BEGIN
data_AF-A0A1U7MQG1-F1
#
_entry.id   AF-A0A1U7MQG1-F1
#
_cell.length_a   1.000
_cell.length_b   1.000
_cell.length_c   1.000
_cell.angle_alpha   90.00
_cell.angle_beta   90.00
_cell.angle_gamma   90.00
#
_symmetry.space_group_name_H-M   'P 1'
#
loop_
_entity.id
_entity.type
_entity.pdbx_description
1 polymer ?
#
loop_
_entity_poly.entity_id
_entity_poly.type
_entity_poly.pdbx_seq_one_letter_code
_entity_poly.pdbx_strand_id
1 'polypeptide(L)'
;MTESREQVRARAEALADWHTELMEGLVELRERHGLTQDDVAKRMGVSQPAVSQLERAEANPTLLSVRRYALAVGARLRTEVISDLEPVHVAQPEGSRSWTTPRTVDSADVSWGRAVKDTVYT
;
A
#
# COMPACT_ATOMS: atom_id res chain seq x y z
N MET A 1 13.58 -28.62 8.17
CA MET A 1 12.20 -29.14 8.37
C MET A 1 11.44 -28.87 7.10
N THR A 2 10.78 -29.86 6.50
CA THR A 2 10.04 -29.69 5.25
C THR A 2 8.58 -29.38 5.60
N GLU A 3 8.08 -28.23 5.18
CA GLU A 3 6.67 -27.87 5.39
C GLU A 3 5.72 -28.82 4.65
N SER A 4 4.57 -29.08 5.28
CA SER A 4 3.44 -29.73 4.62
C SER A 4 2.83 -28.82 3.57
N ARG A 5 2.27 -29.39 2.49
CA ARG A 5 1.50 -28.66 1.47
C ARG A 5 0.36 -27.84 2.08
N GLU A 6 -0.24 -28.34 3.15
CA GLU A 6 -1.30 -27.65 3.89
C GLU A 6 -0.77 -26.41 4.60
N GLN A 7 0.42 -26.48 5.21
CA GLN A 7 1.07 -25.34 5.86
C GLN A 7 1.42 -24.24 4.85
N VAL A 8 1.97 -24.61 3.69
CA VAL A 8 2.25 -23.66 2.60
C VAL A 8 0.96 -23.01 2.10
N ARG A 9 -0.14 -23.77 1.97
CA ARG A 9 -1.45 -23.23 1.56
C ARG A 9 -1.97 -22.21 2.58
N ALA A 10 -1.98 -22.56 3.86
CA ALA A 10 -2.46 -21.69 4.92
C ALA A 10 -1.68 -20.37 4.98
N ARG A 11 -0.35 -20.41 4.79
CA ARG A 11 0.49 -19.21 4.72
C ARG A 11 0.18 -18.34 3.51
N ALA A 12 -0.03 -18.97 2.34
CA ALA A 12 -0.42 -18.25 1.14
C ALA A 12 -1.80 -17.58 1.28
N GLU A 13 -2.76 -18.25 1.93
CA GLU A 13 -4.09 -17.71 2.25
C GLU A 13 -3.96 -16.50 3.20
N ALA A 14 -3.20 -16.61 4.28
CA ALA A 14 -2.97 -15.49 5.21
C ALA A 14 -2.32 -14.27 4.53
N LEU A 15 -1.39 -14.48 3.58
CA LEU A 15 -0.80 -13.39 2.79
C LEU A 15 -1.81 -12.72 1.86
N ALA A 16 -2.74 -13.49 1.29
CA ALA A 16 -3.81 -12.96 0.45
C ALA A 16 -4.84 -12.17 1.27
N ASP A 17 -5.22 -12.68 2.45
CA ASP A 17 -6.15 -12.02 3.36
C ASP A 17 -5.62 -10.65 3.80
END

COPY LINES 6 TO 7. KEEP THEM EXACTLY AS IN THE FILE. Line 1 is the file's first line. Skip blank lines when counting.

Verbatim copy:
_cell.length_b   1.000
_cell.length_c   1.000